"We don´t need to evolve" or why we need an evolutionary change.

"We don´t need to evolve" or why we need an evolutionary change.

Author: David Anderson, pioneer of the Kanban Method, co-author of the Kanban Maturity Model, CEO of Mauvius Group Inc.

I´ve been studying more evolutionary theory recently, and how it  applies to non-biological entities, such as buildings and businesses. This is the first of what will probably be a short series of blog posts  providing new, or deeper insights into the application of evolutionary change in organizations.

When is it acceptable not to evolve?

It is a valid question to ask when a business doesn´t need to change.  Some businesses can potentially be passed down through generations of a  family with little modification, other than perhaps increased scale to  support a larger number of family members: What they make and how they  make it doesn´t really change. I´m typing this, in the Austrian Alps,  and just 8km (5 miles) from where I am sitting there is a brewery that  started 520 years ago – while the scale and the physical premises have  changed slightly over that time, their product offerings and their  process of production has hardly changed in 520 years. While they have a  new building and new technology in their offices, and production  equipment has changed every generation or so, as well as transportation, and distribution technology has changed – trucks, not horses and carts – the core business, what they make and how they make it, hasn´t changed in 520 years.

So, some businesses are incredibly robust. When is this true? It  turns out there is a fairly simple formula to determine robustness.

Are we robust without any need for evolutionary change?

Can you answer ¨yes¨ to the following five questions…

  1. Do you know your customers´ purpose(s)?
  2. Are your products and services fit for purpose?
  3. Are those purposes so fundamental to the human condition that they are unlikely to change in generations?
  4. Is  the technology and method of production involved in fulfilling the  customer´s purpose essentially the same as it was 20, 50, 100, 200, or 500 years ago?
  5. Is your product and service largely robust to fashion trends and fickle customer preference?

If you can answer yes to all 5 questions then perhaps you are a brewery making beer to the German, Reinheitsgebot standard, adopted across Bavaria in 1516.

And I imagine that a boss of a brewery reading this would still be  insisting that ¨nothing stands still¨ and ¨we are always changing. ¨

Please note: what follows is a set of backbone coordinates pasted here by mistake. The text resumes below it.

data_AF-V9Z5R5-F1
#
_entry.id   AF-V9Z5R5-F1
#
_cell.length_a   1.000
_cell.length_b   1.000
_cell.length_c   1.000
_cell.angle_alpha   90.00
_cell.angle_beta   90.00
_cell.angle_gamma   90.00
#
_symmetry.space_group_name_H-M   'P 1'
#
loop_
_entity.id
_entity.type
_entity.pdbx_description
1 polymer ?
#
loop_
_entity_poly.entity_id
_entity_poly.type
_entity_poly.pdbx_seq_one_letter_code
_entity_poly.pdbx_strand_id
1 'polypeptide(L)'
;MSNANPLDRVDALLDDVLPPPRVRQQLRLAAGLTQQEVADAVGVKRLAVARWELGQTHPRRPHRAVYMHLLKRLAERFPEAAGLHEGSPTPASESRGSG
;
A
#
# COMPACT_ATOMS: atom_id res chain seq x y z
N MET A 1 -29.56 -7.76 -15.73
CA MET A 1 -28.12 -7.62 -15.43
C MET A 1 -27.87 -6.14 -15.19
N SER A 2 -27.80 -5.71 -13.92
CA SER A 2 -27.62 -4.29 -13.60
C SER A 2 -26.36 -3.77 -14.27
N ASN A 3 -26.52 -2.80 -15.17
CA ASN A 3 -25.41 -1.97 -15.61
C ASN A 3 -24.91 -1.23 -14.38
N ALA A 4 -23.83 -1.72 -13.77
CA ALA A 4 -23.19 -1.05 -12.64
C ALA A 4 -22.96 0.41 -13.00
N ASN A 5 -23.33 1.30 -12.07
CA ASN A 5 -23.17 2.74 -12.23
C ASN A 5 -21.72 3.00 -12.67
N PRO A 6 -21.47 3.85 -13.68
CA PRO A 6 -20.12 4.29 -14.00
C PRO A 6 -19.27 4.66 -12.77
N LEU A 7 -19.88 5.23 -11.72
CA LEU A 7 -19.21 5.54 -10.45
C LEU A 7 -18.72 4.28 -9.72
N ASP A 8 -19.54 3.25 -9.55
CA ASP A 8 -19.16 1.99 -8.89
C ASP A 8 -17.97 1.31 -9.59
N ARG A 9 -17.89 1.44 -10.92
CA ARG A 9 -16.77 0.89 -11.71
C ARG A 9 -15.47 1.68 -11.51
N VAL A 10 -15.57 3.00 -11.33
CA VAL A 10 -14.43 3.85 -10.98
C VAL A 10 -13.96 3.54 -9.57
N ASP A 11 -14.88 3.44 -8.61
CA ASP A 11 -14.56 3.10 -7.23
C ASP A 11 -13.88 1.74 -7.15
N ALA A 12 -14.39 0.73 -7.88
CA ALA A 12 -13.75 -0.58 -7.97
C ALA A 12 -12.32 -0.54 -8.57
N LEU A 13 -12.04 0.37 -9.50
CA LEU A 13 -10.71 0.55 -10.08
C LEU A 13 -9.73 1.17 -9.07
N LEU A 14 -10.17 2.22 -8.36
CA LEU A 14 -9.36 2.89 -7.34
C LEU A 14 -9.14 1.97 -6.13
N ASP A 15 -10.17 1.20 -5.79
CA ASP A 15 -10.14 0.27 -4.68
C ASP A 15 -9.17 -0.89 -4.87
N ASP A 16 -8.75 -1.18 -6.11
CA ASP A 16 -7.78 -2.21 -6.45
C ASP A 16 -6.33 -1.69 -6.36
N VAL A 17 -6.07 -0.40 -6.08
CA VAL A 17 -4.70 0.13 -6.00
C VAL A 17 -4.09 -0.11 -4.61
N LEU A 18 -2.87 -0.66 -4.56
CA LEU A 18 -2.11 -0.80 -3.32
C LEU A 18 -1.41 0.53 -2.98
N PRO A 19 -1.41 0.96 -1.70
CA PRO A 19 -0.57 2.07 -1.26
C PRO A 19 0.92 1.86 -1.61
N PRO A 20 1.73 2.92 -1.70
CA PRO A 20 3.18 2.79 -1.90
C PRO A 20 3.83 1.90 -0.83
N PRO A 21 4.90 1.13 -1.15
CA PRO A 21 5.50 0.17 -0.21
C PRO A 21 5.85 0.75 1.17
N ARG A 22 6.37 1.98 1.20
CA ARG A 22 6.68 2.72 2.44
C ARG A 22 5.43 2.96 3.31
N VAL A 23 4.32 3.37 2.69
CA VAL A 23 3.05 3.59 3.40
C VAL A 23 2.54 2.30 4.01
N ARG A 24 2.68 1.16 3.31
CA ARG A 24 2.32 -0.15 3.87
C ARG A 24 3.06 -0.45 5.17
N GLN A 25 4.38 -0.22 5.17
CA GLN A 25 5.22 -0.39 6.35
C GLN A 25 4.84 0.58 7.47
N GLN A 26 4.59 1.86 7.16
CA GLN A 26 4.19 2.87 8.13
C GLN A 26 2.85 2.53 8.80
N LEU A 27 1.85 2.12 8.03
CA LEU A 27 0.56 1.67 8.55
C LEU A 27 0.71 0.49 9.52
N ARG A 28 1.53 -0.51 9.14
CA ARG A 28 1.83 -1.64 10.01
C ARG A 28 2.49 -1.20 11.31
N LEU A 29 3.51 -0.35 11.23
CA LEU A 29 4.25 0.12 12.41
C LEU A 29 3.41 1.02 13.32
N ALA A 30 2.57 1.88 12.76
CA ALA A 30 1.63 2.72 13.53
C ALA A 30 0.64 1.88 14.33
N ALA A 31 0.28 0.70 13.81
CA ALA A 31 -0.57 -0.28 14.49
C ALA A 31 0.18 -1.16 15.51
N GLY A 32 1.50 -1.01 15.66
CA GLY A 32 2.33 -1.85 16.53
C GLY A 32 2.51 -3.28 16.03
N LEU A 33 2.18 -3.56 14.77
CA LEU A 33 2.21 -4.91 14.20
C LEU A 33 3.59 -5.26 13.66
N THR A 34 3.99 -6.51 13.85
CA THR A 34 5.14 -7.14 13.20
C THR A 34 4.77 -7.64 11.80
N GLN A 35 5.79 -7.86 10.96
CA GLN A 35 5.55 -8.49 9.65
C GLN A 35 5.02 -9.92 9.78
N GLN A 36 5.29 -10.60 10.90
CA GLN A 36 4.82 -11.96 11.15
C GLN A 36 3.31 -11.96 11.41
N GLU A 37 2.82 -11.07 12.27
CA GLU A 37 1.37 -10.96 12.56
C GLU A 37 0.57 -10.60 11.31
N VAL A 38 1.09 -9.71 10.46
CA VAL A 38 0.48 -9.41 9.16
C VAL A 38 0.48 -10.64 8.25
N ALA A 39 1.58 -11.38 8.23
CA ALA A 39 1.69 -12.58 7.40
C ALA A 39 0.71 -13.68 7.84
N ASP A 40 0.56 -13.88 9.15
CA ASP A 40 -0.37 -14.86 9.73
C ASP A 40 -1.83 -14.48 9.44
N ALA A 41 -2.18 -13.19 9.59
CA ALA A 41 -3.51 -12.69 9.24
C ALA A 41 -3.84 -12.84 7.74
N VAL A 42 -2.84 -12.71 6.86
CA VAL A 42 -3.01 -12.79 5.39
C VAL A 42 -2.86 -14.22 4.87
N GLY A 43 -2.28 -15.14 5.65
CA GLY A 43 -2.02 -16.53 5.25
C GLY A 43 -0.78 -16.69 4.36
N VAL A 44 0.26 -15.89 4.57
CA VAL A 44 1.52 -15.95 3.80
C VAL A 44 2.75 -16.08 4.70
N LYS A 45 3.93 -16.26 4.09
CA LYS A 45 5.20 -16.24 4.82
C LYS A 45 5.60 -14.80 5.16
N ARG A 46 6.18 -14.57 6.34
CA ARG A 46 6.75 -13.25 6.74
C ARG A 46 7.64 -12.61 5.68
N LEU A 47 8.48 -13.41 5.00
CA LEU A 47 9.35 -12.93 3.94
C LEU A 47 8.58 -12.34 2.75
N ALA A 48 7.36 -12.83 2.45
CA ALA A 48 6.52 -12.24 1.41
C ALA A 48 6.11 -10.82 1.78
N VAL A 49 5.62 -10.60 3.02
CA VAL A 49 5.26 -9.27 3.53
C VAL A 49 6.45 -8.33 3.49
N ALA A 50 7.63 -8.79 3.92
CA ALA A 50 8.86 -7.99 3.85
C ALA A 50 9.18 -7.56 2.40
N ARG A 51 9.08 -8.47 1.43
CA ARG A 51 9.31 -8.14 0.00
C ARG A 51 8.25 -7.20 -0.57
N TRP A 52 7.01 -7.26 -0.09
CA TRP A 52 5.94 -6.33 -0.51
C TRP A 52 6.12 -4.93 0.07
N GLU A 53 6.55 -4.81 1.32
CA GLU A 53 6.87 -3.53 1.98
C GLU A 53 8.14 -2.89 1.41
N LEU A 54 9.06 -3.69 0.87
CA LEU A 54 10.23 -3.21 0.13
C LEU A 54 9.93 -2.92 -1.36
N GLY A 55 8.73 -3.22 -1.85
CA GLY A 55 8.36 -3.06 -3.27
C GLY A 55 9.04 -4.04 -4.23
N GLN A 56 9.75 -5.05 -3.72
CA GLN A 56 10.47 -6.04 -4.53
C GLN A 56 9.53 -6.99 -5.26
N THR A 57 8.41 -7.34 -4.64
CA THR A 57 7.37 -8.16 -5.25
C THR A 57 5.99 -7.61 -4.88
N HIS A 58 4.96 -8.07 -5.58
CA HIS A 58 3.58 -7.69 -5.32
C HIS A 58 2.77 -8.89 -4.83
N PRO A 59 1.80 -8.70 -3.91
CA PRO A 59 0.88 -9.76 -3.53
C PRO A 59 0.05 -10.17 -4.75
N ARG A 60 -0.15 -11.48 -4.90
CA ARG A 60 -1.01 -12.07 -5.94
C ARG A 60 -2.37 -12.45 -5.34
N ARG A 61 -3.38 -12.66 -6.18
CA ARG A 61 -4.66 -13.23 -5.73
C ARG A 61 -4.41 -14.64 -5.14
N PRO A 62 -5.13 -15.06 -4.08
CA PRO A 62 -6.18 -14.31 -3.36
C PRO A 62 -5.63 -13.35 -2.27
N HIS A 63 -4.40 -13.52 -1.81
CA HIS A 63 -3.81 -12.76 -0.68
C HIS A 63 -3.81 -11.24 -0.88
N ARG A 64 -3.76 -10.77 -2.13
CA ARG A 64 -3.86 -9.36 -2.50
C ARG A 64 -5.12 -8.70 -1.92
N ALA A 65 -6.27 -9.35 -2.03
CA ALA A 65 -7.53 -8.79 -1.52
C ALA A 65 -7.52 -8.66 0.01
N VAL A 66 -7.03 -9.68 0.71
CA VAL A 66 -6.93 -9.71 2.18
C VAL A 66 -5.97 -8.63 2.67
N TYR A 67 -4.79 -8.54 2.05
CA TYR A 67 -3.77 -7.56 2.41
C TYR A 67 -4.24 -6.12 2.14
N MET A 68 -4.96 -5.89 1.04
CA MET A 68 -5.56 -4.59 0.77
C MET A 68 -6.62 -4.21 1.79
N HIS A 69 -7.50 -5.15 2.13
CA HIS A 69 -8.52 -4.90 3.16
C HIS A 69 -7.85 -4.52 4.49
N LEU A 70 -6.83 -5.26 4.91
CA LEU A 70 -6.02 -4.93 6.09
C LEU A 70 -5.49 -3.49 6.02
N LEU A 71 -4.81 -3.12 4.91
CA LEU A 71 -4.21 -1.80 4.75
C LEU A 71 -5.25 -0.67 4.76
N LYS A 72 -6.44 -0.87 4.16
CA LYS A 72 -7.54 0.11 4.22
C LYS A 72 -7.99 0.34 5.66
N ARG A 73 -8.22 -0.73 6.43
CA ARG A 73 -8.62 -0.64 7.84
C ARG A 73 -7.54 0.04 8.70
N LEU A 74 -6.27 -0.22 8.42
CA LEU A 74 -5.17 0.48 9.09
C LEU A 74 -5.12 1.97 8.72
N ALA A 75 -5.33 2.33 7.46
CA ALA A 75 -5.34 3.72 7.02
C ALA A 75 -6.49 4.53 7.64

What can we learn from this formula for a robust business?

Firstly, if you don´t know your customer´s purpose for doing business with you, you cannot assume you are robust – instead, you are flying blind, those customers could disappear tomorrow and you won´t know why. Discovering customer purpose is your first step to robustness.

Secondly, if you aren´t yet fit-for-purpose you need to evolve and  improve until you are. Unfit for purpose you are exposed and fragile.

You need to discover your customer´s fitness criteria – the evaluation criteria they use to determine whether or not your product or  service is good enough to meet their needs and expectations. Without  these criteria you are still blind – you don´t know what to improve or  in which direction you must go.

Thirdly, evolutionary change is purpose-driven. Buildings change because their usage changes – their purpose changes. Businesses change because their  purpose changes – their mission, their vision, their goals, and  objectives change.

Fourthly, products and services offered by businesses change, because, either (a) their customers´ purposes changed, (b) the  technologies involved in producing or delivering the product or service have changed, or at least a better and more convenient, cheaper, or more  reliable means of production and distribution have emerged.

And finally, fashions change – people get bored of the color. If there are multiple means of fulfilling a customer need, if there are several choices that are fit-for-purpose, then selection will drift from  one choice to another over time. Human nature is that we are pack animals, some lead and many follow. When it is hard to choose because  there are so many good choices, people will follow someone else´s lead,  especially if there is a perceived membership or status within a social  group for following that lead. Fashions change because of human nature. People like to switch things up a bit. If your business only offers black (as Henry Ford once did for his Model T car), then another  business that offers multiple colors will win when fashions change. To be resilient to fickle fashion, you need enough scale to, figuratively speaking, offer all the colors.

Conclusion

If you don´t have these five things, then your business needs to change and improve – it needs to evolve. If your business is to avoid  fragility and the risk of extinction then you need to know how to lead  and manage evolutionary change, you  need to wire your business to evolve and to be continually fit for purpose.

What now?

We have codified the means to evolve and sustain a resilient, robust, adaptive, fit-for-purpose business with the Kanban Method, the Fit-for-Purpose Framework, and the Kanban Maturity Model. You can learn how to lead and manage your organization, how to wire it  for evolutionary change, to survive, thrive and remain successful, from Kanban+ or by taking our training and progressing up our ladder of career credentials. Check our listings for forthcoming online classes.

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